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Halloween most dangerous night of year for kids, report says

By Haley Smith | Posted - Oct 31st, 2013 @ 11:15am


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SALT LAKE CITY — As thousands of children around the state gear up for some trick-or-treating Thursday night, knowing how to keep your kids safe can be a major concern for some. Police and parents are being even more careful because of the latest suspicious activity in northern Utah.

Parents are especially worried in Brigham City where there have been two reported attempts of a stranger trying get kids into the car. Two kids said a woman tried to get them into her car while they were walking home Tuesday.

There's another reason to be concerned about safety — a Safe Kids report shows twice as many children are hit and killed on the roads on Halloween than on any other day of the year.

CDC Halloween and Health Safety Tips

Swords, knives, and similar costume accessories should be short, soft, and flexible.

Avoid trick-or-treating alone. Walk in groups or with a trusted adult.

Fasten reflective tape to costumes and bags to help drivers see you.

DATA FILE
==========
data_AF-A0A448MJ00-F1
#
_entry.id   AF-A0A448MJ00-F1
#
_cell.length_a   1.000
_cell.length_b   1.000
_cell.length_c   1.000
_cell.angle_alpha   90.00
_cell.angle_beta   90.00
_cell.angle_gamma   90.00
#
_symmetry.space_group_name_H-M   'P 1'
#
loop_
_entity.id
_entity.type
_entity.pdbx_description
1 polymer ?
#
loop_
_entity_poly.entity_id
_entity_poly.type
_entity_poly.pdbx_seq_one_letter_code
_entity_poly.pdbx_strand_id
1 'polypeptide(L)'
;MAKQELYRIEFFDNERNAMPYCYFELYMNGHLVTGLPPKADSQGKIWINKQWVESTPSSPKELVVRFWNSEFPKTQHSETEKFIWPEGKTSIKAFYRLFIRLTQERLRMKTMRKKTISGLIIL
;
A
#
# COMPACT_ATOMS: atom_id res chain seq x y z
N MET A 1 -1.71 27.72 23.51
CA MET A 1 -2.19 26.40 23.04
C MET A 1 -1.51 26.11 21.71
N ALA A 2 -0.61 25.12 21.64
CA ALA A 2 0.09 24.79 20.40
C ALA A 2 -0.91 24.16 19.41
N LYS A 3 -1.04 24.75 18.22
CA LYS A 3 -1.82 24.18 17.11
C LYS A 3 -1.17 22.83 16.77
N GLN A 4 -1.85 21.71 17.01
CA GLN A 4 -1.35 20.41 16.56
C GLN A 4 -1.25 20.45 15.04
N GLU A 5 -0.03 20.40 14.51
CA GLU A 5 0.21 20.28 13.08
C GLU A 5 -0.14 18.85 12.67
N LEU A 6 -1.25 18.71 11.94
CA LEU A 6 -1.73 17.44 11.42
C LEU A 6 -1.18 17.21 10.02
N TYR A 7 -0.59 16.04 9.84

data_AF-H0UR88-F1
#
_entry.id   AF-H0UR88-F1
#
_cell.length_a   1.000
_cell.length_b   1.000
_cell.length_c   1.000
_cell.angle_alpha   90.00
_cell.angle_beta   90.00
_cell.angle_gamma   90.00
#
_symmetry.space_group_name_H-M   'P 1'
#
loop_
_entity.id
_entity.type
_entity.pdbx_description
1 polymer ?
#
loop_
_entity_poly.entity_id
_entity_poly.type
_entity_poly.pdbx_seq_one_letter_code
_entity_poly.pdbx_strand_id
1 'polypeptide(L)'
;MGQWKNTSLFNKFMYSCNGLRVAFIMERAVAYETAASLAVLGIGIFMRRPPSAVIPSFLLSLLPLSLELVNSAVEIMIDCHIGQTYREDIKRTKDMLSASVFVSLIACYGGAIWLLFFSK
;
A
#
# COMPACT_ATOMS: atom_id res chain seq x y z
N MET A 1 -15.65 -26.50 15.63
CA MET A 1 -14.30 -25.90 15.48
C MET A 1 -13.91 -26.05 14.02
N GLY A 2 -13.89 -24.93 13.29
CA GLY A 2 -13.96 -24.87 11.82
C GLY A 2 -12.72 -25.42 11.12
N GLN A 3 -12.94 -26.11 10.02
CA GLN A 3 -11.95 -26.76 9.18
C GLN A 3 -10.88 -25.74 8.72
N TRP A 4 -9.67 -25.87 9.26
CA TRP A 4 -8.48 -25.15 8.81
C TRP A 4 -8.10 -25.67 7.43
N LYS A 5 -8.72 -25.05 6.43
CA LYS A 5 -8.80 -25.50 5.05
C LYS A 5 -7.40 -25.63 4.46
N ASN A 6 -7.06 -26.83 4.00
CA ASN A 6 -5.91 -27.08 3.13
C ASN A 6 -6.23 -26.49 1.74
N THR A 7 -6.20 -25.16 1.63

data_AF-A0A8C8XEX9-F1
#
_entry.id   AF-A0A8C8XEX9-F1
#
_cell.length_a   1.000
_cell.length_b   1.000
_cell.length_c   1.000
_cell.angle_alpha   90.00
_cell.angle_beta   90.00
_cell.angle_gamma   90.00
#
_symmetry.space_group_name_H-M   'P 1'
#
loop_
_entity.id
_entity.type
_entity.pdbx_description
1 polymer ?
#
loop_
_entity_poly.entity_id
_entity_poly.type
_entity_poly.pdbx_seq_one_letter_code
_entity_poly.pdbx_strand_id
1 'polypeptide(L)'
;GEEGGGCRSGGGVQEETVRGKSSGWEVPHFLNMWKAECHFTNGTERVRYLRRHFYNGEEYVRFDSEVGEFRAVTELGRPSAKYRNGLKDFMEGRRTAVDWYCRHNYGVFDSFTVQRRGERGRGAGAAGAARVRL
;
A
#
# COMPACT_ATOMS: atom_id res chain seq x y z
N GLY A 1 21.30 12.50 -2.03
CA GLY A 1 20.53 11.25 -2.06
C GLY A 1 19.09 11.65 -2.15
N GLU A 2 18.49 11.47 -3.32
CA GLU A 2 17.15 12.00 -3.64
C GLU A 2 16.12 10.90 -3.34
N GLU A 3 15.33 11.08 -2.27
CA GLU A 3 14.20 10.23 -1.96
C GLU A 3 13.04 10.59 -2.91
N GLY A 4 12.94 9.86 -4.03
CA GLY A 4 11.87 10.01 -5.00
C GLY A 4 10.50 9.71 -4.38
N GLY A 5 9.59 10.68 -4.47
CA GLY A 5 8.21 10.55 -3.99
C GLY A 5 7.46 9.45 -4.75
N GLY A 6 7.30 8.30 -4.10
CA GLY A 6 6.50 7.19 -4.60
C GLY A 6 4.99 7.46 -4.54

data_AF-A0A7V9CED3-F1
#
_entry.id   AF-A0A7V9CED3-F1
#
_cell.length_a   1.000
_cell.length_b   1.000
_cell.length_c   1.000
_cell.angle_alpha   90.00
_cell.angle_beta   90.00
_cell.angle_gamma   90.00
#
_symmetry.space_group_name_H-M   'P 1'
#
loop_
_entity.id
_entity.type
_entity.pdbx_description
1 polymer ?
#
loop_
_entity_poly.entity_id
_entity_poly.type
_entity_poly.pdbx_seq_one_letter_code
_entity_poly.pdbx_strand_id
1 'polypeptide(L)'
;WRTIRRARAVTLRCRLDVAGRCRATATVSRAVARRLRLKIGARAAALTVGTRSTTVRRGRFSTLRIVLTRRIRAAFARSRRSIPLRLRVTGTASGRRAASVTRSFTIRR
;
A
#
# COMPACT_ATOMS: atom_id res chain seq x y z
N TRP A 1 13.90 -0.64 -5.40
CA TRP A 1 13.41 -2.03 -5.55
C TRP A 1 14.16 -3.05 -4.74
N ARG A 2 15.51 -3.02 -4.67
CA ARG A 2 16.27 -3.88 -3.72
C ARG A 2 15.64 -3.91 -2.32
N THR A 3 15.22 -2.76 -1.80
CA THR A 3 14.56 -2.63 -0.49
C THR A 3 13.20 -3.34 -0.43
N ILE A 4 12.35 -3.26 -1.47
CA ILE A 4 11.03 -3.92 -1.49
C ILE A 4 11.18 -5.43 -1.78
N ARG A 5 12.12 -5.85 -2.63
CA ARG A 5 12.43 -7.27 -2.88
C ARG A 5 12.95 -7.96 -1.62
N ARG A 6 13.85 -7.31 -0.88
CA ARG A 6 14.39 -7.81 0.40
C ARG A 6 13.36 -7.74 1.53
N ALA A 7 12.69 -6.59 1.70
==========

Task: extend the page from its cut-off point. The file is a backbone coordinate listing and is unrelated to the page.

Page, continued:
Examine all treats for choking hazards and tampering before eating them. Limit the amount of treats you eat.

For more safety tips, visit CDC.gov

"This is a time when you have to be most vigilant because safety hazards are everywhere," said Beverly Losman from Safe Kids.

Police are concerned about pedestrian accidents as well.

"I'd rather go on a thousand suspicious calls then have something really happen," said Lt. Mike Nelson from the Brigham City Police Department.

All over the state, officers will be on the look out, but they can't do it all. The Centers for Disease Control and Preventions (CDC) asks that parents also take a strong stand. They recommend to do anything you can to light up your child's costume, keep your eyes open for suspicious behavior and walk on sidewalks whenever possible.

"The best advice I would give is plan, strategize your route," Nelson said.

The CDC also recommends that a child never enter a stranger's home — or even a haunted house — unless there is a parent or guardian present.

While parents need to keep their eyes open and be aware, the CDC says you can't be too paranoid, or the savory fun behind the night will be sucked out.

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